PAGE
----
This is an extended version of a piece in this week’s New Statesman.
A year ago, George Osborne stood before his party’s conference as a man fighting for his political life. The “steady and sustained” economic recovery he promised in 2010 had become a double-dip recession, and the Budget, with its tactless raids on pasties, pensioners, charities and churches, had destroyed his reputation as a strategic grandmaster. Conservative MPs privately joked that Osborne, the Tories’ chief election strategist, was a “part-time Chancellor” who ”wasn’t good at either of his jobs”. By 2013, they had signalled their intention to oust him if the economy failed to show signs of recovery by the time of the local elections.
But when Osborne addressed Conservative delegates in Manchester on 30 September he did so as a politician reborn. The man who seemed destined to take the blame for Tory failure now seemed poised to take the credit for Tory success. With the possible exception of Nick Clegg, no other figure has enjoyed such a revival of fortunes.
Economic recovery was the prerequisite for Osbornes political recovery. Having once appeared in danger of suffering a triple-dip recession, the economy is now expanding at its fastest rate in three years, while, courtesy of revisions by the Office for National Statistics, the double-dip has been erased from history. The Chancellor’s Keynesian critics rightly protest that the economy is still 2.9% below its pre-recession peak (the US, by comparison, is 4.5% above) but in politics, trajectory is everything. Osborne began his speech by observing, ”At every party conference since the election, as we have gathered, the question for us. The question for me, the question for our country, has been: is your economic plan working? They’re not asking that question now.” After three years of stagnation, he has been the beneficiary of low expectations.
But growth alone does not explain his resurrection. Osborne has also fought back by displaying the political cunning that many Tories feared he had lost. His decision to hold an early Spending Review, outlining cuts for 2015-16, proved to be a masterstroke. It forced Labour onto his territory by prompting Ed Balls to concede that he would match Osborne’s day-to-day spending limits and liberated the Tories to shift their emphasis from austerity to recovery. With more than a year-and-a-half to go until the general election, Osborne is not required to announce any further tax rises or spending cuts.
If the Chancellor has secured credit for the recovery, it is also because he has been seen to do so. Once known in Westminster as “the submarine” for his habit of surfacing only for set-piece events and retreating under water at the first sign of trouble, he has become one of the government’s most visible faces. In the last year, he has made a series of high-profile speeches on the economy, taken the fight to Alex Salmond in Scotland, and even braved the world of Twitter. The morning after the government’s defeat over Syria, it was the Chancellor who led the counter-offensive on the Today programme.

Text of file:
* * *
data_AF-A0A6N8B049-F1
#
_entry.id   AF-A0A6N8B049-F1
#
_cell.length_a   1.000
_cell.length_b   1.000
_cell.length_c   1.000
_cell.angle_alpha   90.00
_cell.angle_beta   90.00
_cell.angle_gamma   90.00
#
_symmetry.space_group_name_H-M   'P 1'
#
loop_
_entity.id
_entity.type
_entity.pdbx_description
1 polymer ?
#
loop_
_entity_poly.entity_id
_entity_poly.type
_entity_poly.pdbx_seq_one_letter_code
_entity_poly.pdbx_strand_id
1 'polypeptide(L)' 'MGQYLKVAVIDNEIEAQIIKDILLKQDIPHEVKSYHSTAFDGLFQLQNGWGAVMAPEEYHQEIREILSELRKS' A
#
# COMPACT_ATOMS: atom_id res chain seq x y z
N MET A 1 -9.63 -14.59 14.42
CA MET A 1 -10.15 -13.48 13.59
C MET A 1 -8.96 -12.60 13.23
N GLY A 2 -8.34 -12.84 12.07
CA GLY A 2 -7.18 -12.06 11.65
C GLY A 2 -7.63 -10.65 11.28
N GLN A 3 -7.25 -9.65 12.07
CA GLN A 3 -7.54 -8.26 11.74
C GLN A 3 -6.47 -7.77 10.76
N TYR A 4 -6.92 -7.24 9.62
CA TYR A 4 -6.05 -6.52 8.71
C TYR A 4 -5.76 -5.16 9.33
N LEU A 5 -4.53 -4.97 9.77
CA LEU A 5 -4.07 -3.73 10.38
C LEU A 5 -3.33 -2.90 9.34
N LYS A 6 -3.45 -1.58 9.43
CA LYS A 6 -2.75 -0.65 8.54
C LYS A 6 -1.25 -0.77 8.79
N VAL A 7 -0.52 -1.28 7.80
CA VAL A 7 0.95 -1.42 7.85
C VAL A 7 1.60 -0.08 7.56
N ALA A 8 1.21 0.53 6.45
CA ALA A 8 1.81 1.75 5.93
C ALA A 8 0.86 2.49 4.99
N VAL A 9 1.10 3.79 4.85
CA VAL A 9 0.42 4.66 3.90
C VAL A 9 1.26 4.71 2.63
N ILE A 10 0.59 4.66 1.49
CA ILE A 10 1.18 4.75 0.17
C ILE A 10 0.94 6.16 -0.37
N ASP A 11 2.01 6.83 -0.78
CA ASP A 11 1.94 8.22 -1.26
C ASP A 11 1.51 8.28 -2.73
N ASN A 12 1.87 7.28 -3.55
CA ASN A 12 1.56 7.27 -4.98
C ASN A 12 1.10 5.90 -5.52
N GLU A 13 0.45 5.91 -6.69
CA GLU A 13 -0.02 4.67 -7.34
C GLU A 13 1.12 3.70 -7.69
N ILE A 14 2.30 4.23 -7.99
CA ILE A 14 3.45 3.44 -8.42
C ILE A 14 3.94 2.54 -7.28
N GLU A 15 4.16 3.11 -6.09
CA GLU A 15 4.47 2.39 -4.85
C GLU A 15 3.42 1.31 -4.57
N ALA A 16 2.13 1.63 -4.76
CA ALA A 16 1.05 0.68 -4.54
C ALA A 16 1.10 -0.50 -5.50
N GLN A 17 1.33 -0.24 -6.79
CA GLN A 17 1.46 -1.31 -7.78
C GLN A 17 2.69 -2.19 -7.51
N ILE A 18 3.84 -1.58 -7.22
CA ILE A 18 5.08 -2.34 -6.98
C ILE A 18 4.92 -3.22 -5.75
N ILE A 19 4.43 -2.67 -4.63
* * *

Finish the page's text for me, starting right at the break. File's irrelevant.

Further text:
All of this has led some to ask a question that would have seemed unthinkable a year ago: is George Osborne the next leader of the Conservative Party? The speech he delivered to his party’s conference was the most prime ministerial he has ever given, reminiscent of the state of the nation addresses that Gordon Brown made in his pomp. In his peroration, Osborne declared: ”I don’t want to see other nations pushing the frontiers of science and invention and commerce and explain to my children: that used to be us; that used to be our country. I don’t want to look back and say I was part of a generation that gave up and got poorer as a result.” Rather than turning his fire on Ed Balls, he contrasted himself with Ed Miliband: ”I share none of the pessimism I saw from the Leader of the Opposition last week”, declaring: “What I offer is a serious plan for a grown-up country”. As well as referencing his children, he spoke of his pride at his parents who ”planned carefully, took a risk, and set up a small manufacturing company more than forty years ago.”
Should the economic recovery propel the Tories to victory in 2015, Osborne will have a powerful platform from which to launch a future leadership bid. Among his existing assets are a loyal backbench following, a network of influential media supporters and a gifted staff that includes former Policy Exchange director Neil O’Brien.
The Chancellor’s ascent is far from inevitable. A renewed economic downturn, or the implosion of the housing market, could wreck his reputation again. Defeat for the Tories at the general would force him, as well as Cameron, to leave the stage. But should the Prime Minister win against the odds in 2015, the sword of succession could yet fall on Osborne’s shoulder.